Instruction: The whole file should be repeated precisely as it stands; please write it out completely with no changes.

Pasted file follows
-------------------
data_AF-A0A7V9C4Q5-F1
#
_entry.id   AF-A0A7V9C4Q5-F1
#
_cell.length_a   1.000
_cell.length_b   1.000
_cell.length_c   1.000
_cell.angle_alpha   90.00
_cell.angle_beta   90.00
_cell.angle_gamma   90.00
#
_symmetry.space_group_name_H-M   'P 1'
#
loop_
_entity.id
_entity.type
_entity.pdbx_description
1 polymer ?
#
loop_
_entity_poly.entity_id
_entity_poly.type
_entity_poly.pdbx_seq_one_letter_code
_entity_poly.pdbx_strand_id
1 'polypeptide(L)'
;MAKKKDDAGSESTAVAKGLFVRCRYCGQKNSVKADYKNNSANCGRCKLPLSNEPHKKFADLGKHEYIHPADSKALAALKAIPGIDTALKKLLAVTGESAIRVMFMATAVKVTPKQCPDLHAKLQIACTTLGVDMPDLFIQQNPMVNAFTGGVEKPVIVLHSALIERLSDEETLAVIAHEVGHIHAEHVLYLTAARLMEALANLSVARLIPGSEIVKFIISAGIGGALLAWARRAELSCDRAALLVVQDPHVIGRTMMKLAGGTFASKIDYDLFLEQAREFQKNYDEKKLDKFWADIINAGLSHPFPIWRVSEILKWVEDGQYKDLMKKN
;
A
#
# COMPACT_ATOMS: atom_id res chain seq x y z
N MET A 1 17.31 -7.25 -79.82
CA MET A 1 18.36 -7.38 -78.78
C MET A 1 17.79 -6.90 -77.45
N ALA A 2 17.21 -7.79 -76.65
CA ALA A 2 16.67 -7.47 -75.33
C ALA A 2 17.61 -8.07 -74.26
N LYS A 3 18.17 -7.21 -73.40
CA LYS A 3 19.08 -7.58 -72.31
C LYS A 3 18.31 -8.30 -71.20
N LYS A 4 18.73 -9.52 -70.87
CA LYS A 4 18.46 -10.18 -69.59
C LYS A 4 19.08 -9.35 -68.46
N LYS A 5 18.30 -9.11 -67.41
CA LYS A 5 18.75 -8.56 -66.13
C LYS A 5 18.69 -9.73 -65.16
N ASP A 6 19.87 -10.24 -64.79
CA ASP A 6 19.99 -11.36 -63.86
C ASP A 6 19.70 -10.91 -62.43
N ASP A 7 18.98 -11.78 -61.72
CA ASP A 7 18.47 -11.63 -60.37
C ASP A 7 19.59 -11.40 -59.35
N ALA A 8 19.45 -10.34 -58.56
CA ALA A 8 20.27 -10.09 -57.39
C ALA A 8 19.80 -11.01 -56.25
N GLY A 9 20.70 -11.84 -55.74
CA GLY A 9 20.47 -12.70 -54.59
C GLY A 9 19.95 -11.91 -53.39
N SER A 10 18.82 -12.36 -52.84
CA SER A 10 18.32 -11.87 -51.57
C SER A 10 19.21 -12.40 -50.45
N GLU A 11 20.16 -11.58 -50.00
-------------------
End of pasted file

data_AF-A0A7V9C4Q5-F1
#
_entry.id   AF-A0A7V9C4Q5-F1
#
_cell.length_a   1.000
_cell.length_b   1.000
_cell.length_c   1.000
_cell.angle_alpha   90.00
_cell.angle_beta   90.00
_cell.angle_gamma   90.00
#
_symmetry.space_group_name_H-M   'P 1'
#
loop_
_entity.id
_entity.type
_entity.pdbx_description
1 polymer ?
#
loop_
_entity_poly.entity_id
_entity_poly.type
_entity_poly.pdbx_seq_one_letter_code
_entity_poly.pdbx_strand_id
1 'polypeptide(L)'
;MAKKKDDAGSESTAVAKGLFVRCRYCGQKNSVKADYKNNSANCGRCKLPLSNEPHKKFADLGKHEYIHPADSKALAALKAIPGIDTALKKLLAVTGESAIRVMFMATAVKVTPKQCPDLHAKLQIACTTLGVDMPDLFIQQNPMVNAFTGGVEKPVIVLHSALIERLSDEETLAVIAHEVGHIHAEHVLYLTAARLMEALANLSVARLIPGSEIVKFIISAGIGGALLAWARRAELSCDRAALLVVQDPHVIGRTMMKLAGGTFASKIDYDLFLEQAREFQKNYDEKKLDKFWADIINAGLSHPFPIWRVSEILKWVEDGQYKDLMKKN
;
A
#
# COMPACT_ATOMS: atom_id res chain seq x y z
N MET A 1 17.31 -7.25 -79.82
CA MET A 1 18.36 -7.38 -78.78
C MET A 1 17.79 -6.90 -77.45
N ALA A 2 17.21 -7.79 -76.65
CA ALA A 2 16.67 -7.47 -75.33
C ALA A 2 17.61 -8.07 -74.26
N LYS A 3 18.17 -7.21 -73.40
CA LYS A 3 19.08 -7.58 -72.31
C LYS A 3 18.31 -8.30 -71.20
N LYS A 4 18.73 -9.52 -70.87
CA LYS A 4 18.46 -10.18 -69.59
C LYS A 4 19.08 -9.35 -68.46
N LYS A 5 18.30 -9.11 -67.41
CA LYS A 5 18.75 -8.56 -66.13
C LYS A 5 18.69 -9.73 -65.16
N ASP A 6 19.87 -10.24 -64.79
CA ASP A 6 19.99 -11.36 -63.86
C ASP A 6 19.70 -10.91 -62.43
N ASP A 7 18.98 -11.78 -61.72
CA ASP A 7 18.47 -11.63 -60.37
C ASP A 7 19.59 -11.40 -59.35
N ALA A 8 19.45 -10.34 -58.56
CA ALA A 8 20.27 -10.09 -57.39
C ALA A 8 19.80 -11.01 -56.25
N GLY A 9 20.70 -11.84 -55.74
CA GLY A 9 20.47 -12.70 -54.59
C GLY A 9 19.95 -11.91 -53.39
N SER A 10 18.82 -12.36 -52.84
CA SER A 10 18.32 -11.87 -51.57
C SER A 10 19.21 -12.40 -50.45
N GLU A 11 20.16 -11.58 -50.00